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What is the only ocean with no sharks?

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By Blaise Jones

Sharks possess a very adaptable physiology which lets them thrive in almost any environment the ocean has to offer. Warm or cold water, deep and shallow depths, saltwater, fresh water – there are sharks for in every environment and habitat.

Around the World

Sharks can be found in almost every ocean in the world. The oceans of the world can be roughly placed into one of four categories: tropical, warm temperate, cold temperate, and polar. Sharks can be found in all of these regions, though their abundance varies. The vast majority of sharks can be found in warm temperate waters, where nearly every species of shark has been observed. The regions with the second highest concentration of shark species are the tropical regions, where approximately 450 species have been observed. An estimated 200 species have been observed in the cold temperate regions, and five species are known to live in the Arctic. The only region where sharks have not been observed is in the Southern Ocean around Antarctica.

Since many sharks are migratory, they are often observed across multiple different regions. This is why the total numbers of sharks observed per region is higher than the estimated total number of shark species.

Fair Weather Fish

The vast majority of sharks live in temperate, shallow waters with lots of structure such as coral reefs or seagrass beds. Sharks are drawn to these environments because they are the ideal conditions for the fish that sharks prey upon. Sharks occupy all levels of the water column in these shallow seas.

While some species of shark stick to one basic depth in the water column, such as whitetip reef shark, others travel freely up and down the column, such as hammerhead sharks. Some sharks, such as tiger sharks, have routine schedules of deep water to shallow water migration, which follow a day and night cycle.

A lemon shark in the Turks and Caicos Islands shows how sharks can swim in less than two feet of water. Credit Ben Ramirez.
A lemon shark in the Turks and Caicos Islands shows how sharks can swim in less than two feet of water. Credit Ben Ramirez.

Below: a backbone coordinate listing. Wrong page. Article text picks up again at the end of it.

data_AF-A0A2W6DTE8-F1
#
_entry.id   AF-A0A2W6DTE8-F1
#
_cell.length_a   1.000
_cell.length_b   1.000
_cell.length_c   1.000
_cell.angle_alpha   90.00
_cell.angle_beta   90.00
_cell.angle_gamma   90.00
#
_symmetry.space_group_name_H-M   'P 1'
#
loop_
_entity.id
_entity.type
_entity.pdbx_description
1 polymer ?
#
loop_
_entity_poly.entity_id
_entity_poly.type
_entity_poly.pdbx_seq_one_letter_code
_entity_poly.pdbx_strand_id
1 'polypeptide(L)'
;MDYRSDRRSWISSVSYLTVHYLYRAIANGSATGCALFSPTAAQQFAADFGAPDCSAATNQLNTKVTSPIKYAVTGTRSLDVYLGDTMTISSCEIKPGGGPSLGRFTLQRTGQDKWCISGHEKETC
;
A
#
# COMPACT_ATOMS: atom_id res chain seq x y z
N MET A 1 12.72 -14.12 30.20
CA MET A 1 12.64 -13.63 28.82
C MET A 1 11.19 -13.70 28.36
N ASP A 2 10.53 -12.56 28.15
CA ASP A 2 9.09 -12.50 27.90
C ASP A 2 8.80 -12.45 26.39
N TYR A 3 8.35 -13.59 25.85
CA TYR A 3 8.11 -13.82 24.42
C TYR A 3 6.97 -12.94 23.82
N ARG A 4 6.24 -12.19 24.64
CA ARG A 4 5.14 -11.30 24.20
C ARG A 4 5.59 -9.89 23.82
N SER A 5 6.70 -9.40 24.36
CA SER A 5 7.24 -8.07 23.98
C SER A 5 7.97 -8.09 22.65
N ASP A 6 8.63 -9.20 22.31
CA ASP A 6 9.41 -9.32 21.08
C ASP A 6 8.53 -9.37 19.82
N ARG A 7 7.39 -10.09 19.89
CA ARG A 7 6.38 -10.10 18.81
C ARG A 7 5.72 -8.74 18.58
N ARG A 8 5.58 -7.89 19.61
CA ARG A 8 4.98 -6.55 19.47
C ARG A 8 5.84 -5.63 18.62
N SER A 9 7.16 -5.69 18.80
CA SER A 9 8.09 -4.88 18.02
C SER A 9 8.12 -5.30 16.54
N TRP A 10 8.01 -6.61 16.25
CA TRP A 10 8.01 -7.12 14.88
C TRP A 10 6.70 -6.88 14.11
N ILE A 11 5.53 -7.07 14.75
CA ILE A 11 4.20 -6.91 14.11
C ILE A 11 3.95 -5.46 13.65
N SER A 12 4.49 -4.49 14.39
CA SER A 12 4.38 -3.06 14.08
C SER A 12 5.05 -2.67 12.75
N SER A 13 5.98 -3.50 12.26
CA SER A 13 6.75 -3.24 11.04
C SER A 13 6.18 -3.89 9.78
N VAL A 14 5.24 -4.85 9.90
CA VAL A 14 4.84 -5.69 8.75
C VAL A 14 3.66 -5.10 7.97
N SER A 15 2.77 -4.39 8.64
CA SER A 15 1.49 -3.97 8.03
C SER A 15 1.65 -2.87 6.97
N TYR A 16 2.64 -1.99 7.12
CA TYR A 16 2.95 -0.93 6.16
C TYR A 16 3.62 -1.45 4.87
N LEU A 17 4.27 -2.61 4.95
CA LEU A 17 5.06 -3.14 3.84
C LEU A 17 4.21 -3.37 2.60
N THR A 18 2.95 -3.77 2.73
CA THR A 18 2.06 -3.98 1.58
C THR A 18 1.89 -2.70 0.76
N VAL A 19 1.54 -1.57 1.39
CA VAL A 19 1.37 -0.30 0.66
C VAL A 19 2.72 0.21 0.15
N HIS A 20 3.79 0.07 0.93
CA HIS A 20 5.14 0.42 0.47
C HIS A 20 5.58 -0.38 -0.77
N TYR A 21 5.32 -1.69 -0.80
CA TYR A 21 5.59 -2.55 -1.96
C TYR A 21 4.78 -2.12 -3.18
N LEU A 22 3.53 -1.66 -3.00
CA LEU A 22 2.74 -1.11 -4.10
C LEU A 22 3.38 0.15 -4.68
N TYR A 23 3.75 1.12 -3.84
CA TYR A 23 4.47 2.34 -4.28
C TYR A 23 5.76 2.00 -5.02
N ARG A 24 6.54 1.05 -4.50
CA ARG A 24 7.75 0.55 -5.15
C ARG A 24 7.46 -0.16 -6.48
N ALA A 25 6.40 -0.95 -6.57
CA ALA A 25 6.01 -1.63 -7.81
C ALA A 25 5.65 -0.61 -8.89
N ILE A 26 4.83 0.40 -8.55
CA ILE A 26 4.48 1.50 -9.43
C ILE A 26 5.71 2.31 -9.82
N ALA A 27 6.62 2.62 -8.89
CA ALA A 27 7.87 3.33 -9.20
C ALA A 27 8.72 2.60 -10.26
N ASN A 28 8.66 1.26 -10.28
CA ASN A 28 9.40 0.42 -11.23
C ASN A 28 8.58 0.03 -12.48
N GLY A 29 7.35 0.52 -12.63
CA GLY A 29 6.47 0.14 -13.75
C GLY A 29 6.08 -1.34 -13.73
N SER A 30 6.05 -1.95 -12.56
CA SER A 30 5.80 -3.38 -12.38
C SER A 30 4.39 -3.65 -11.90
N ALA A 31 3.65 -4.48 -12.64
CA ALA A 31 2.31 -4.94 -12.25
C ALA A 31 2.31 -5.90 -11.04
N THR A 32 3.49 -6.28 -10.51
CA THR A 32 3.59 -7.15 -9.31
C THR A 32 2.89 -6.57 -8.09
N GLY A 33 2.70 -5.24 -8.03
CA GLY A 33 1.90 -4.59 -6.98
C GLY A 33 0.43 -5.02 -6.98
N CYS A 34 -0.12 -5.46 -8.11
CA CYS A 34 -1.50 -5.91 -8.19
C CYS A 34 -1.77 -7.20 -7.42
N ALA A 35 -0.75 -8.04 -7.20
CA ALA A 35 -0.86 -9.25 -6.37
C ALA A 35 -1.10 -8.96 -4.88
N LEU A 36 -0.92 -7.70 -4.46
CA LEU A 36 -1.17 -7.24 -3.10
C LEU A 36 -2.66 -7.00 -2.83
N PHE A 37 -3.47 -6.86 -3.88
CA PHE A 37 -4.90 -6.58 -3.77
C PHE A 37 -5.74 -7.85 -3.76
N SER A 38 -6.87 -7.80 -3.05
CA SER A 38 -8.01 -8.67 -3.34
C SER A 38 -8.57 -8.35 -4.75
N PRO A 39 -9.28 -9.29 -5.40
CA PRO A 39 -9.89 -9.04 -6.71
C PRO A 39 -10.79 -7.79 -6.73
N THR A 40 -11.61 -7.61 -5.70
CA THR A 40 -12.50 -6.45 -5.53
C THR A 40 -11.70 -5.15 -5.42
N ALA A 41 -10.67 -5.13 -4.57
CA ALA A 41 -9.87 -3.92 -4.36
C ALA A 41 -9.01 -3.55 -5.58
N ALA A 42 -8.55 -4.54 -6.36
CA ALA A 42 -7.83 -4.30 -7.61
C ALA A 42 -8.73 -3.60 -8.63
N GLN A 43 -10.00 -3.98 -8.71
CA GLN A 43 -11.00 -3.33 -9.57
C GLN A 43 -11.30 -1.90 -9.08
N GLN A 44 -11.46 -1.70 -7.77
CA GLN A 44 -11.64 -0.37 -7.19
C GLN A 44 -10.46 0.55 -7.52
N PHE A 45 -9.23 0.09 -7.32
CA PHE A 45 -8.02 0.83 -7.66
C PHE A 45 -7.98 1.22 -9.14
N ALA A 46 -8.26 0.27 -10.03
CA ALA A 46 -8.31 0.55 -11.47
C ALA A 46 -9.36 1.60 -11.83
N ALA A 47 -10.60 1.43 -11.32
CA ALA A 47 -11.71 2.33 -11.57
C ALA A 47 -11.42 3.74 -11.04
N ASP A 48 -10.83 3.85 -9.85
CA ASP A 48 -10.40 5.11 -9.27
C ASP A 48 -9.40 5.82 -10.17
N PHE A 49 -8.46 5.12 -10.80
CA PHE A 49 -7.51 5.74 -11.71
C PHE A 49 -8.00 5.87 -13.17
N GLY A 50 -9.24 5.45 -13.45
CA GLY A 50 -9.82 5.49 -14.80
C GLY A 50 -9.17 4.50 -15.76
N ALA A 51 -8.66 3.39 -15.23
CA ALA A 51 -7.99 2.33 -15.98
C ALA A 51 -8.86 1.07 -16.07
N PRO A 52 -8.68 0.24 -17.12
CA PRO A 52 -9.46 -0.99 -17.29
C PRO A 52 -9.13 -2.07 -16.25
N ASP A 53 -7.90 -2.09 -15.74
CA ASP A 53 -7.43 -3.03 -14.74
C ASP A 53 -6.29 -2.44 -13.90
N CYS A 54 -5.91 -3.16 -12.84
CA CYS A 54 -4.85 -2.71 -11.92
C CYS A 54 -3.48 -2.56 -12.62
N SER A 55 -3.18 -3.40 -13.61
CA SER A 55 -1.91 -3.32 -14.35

Living to the Extreme

Due to their robust physiologies, sharks have been observed in some of the most inhospitable and unexpected places. Frilled and goblin sharks can both be found at depths reaching 4,300 feet (1,311 m) where no light penetrates, creating an aquatic habitat that is pitch black. The great lanternshark holds the record for the deepest that a shark species has been observed, plummeting to 14,763feet (4,500 m).

Lemon sharks and blacktip reef sharks can be found in water so shallow that the tops of their bodies break the surface.

Some sharks, such as the Greenland shark and porbeagle shark, can be found in the frigid waters of the Artic in. Hammerhead and silky sharks have been found swimming inside an active submerged volcano, Mount Kavachi in the Solomon Islands. The volcano is almost constantly erupting, greatly raising the acidity and temperature of the water.

While all species of shark live in salt water, the bull shark is able to swim in fresh water with no problem. In fact, there are several subspecies of bull shark that are entirely freshwater. These sharks can be found in Lake Nicaragua and in the Ganges, Mississippi, Tigris, and Zambezi Rivers.

SOURCES:
http://www.sharkproject.org/haiothek/index_e.php?site=verhalten_2

http://www.sharksinfo.com/habitat.html

“Sharks: The Mysterious Killers” by Downs Matthews

http://video.nationalgeographic.com/video/expedition-raw/150708-sciex-exraw-sharks-underwater-volcano

“The Encyclopedia of Sharks” by Steve Parker

“Sharks: The Animal Answer Guide” by Gene Helfman and George H. Burgess

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